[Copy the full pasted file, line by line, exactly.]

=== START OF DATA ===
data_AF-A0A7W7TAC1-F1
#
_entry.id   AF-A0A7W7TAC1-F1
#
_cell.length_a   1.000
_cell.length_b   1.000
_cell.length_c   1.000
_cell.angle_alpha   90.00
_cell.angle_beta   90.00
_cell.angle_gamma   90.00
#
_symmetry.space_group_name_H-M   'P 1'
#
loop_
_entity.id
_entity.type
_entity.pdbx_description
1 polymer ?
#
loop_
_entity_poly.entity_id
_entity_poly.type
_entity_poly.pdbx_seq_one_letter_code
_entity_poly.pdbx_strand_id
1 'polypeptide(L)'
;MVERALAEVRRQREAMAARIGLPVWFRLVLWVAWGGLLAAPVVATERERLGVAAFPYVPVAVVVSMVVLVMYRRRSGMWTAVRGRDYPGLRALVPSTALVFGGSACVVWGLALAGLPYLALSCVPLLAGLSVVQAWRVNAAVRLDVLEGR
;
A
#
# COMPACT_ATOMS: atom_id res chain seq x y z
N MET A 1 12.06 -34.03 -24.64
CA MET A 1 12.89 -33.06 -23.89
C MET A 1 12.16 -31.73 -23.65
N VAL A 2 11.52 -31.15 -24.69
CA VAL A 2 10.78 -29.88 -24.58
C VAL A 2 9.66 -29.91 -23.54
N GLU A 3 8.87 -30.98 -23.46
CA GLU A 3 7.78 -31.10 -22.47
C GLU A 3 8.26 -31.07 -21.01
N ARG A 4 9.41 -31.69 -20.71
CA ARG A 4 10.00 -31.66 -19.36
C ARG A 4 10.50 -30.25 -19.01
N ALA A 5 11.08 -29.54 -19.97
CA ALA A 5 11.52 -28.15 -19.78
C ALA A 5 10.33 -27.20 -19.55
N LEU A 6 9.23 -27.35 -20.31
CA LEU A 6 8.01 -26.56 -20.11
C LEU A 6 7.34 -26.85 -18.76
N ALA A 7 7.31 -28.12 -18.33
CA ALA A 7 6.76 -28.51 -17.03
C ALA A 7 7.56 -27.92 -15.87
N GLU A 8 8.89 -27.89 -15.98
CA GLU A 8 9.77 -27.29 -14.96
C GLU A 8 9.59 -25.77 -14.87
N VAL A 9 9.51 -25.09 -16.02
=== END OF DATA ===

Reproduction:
data_AF-A0A7W7TAC1-F1
#
_entry.id   AF-A0A7W7TAC1-F1
#
_cell.length_a   1.000
_cell.length_b   1.000
_cell.length_c   1.000
_cell.angle_alpha   90.00
_cell.angle_beta   90.00
_cell.angle_gamma   90.00
#
_symmetry.space_group_name_H-M   'P 1'
#
loop_
_entity.id
_entity.type
_entity.pdbx_description
1 polymer ?
#
loop_
_entity_poly.entity_id
_entity_poly.type
_entity_poly.pdbx_seq_one_letter_code
_entity_poly.pdbx_strand_id
1 'polypeptide(L)'
;MVERALAEVRRQREAMAARIGLPVWFRLVLWVAWGGLLAAPVVATERERLGVAAFPYVPVAVVVSMVVLVMYRRRSGMWTAVRGRDYPGLRALVPSTALVFGGSACVVWGLALAGLPYLALSCVPLLAGLSVVQAWRVNAAVRLDVLEGR
;
A
#
# COMPACT_ATOMS: atom_id res chain seq x y z
N MET A 1 12.06 -34.03 -24.64
CA MET A 1 12.89 -33.06 -23.89
C MET A 1 12.16 -31.73 -23.65
N VAL A 2 11.52 -31.15 -24.69
CA VAL A 2 10.78 -29.88 -24.58
C VAL A 2 9.66 -29.91 -23.54
N GLU A 3 8.87 -30.98 -23.46
CA GLU A 3 7.78 -31.10 -22.47
C GLU A 3 8.26 -31.07 -21.01
N ARG A 4 9.41 -31.69 -20.71
CA ARG A 4 10.00 -31.66 -19.36
C ARG A 4 10.50 -30.25 -19.01
N ALA A 5 11.08 -29.54 -19.97
CA ALA A 5 11.52 -28.15 -19.78
C ALA A 5 10.33 -27.20 -19.55
N LEU A 6 9.23 -27.35 -20.31
CA LEU A 6 8.01 -26.56 -20.11
C LEU A 6 7.34 -26.85 -18.76
N ALA A 7 7.31 -28.12 -18.33
CA ALA A 7 6.76 -28.51 -17.03
C ALA A 7 7.56 -27.92 -15.87
N GLU A 8 8.89 -27.89 -15.98
CA GLU A 8 9.77 -27.29 -14.96
C GLU A 8 9.59 -25.77 -14.87
N VAL A 9 9.51 -25.09 -16.02